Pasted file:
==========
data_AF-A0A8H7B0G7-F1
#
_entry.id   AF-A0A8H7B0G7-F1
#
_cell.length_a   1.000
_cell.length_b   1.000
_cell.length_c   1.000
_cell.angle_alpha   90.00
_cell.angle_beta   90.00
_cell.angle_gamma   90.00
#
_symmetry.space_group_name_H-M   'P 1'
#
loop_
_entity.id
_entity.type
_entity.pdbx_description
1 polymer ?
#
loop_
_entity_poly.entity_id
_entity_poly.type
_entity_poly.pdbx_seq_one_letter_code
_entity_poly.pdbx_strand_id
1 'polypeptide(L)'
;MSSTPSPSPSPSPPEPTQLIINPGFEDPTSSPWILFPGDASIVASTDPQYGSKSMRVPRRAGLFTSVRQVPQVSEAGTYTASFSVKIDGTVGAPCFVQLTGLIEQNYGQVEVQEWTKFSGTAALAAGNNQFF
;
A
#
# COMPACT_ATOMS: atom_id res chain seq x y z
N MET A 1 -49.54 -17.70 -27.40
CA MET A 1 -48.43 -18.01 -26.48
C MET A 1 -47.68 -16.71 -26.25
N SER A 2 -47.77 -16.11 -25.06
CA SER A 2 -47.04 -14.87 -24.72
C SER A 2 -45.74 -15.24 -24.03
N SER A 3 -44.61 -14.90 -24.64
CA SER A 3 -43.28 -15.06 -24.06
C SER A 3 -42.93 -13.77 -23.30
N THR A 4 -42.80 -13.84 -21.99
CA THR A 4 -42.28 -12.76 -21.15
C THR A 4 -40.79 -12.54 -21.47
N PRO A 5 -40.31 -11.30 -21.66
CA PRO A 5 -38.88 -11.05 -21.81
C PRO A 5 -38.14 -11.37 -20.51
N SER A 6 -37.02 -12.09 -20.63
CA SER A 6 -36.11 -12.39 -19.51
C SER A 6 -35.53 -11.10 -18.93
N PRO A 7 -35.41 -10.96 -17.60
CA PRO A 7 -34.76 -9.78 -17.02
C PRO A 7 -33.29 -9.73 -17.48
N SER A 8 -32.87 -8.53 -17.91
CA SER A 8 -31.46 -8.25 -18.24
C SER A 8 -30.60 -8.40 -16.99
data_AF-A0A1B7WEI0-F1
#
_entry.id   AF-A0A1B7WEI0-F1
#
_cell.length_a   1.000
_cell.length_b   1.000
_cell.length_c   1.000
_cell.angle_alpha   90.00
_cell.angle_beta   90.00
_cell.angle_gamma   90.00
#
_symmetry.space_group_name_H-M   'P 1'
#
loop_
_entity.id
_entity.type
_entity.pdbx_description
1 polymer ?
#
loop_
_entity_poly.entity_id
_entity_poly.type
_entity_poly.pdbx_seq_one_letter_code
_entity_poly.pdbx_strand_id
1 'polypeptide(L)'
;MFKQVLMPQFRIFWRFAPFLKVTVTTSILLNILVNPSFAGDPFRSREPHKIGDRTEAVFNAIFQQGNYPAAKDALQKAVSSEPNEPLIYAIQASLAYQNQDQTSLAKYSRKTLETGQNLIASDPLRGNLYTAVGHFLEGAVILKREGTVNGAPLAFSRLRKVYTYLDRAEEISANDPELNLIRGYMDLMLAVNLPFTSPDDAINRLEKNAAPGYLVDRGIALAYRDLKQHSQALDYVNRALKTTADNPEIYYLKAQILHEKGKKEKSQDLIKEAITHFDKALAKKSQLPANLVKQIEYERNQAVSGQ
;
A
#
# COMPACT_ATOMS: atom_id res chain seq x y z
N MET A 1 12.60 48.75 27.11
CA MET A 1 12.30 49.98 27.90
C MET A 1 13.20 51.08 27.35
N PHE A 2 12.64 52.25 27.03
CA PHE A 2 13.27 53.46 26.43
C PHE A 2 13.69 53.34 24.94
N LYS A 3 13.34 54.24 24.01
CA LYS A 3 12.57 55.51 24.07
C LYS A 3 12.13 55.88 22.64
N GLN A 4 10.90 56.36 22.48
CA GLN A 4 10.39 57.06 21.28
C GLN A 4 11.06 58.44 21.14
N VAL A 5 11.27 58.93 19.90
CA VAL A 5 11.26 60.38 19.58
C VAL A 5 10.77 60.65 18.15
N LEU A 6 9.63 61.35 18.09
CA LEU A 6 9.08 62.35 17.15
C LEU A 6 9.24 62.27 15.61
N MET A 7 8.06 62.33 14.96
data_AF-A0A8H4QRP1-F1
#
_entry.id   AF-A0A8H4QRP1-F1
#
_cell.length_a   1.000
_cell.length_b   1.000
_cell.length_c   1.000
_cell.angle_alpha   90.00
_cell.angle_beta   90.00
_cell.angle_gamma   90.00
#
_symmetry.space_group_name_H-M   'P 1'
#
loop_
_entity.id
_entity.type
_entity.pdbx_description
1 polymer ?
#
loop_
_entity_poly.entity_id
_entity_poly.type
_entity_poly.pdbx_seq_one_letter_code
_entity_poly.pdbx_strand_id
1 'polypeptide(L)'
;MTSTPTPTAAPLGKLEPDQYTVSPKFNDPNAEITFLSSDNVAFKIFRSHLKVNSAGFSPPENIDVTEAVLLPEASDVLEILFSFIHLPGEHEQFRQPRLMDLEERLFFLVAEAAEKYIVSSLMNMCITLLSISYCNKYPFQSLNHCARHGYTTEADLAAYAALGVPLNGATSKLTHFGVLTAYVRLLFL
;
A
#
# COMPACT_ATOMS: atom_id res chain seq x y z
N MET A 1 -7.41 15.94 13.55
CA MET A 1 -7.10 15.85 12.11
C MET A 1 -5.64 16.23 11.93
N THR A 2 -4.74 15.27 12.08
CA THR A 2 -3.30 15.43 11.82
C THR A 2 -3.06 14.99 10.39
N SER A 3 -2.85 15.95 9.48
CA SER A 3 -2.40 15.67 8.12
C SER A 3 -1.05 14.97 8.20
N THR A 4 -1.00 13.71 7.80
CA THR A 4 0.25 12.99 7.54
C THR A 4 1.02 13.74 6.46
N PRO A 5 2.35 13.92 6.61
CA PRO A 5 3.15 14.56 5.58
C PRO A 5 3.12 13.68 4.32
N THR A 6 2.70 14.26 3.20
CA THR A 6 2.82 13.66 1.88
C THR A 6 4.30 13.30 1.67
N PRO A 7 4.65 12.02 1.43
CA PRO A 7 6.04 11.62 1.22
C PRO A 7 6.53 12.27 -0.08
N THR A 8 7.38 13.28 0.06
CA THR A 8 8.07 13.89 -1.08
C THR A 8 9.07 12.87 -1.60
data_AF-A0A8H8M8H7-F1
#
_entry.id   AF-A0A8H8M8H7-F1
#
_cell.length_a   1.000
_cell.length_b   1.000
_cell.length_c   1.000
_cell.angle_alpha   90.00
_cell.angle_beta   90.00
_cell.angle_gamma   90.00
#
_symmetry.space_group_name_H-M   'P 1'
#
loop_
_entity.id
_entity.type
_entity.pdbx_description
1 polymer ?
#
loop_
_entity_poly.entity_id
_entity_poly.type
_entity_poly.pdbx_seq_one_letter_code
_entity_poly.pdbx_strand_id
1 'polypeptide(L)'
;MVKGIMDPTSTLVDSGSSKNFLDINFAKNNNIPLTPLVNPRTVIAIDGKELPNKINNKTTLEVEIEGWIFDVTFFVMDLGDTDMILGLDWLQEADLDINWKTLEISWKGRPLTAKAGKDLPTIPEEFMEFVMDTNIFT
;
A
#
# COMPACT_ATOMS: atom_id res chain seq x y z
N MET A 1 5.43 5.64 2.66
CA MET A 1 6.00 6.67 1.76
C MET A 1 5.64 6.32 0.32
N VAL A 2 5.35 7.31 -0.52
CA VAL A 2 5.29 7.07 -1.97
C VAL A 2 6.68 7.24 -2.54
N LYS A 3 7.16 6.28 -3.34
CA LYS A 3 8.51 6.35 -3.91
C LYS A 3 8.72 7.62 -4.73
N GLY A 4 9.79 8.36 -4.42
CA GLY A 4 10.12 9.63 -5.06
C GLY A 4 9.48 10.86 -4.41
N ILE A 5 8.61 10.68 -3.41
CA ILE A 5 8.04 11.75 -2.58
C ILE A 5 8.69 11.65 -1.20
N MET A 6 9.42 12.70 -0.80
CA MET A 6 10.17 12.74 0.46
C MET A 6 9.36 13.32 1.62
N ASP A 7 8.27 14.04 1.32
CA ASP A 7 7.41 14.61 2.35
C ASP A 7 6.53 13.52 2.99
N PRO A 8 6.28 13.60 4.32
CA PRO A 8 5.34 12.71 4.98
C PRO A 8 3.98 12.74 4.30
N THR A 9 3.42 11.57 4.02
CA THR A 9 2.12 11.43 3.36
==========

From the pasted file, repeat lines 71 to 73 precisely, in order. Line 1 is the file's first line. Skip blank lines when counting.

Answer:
_entity.pdbx_description
1 polymer ?
#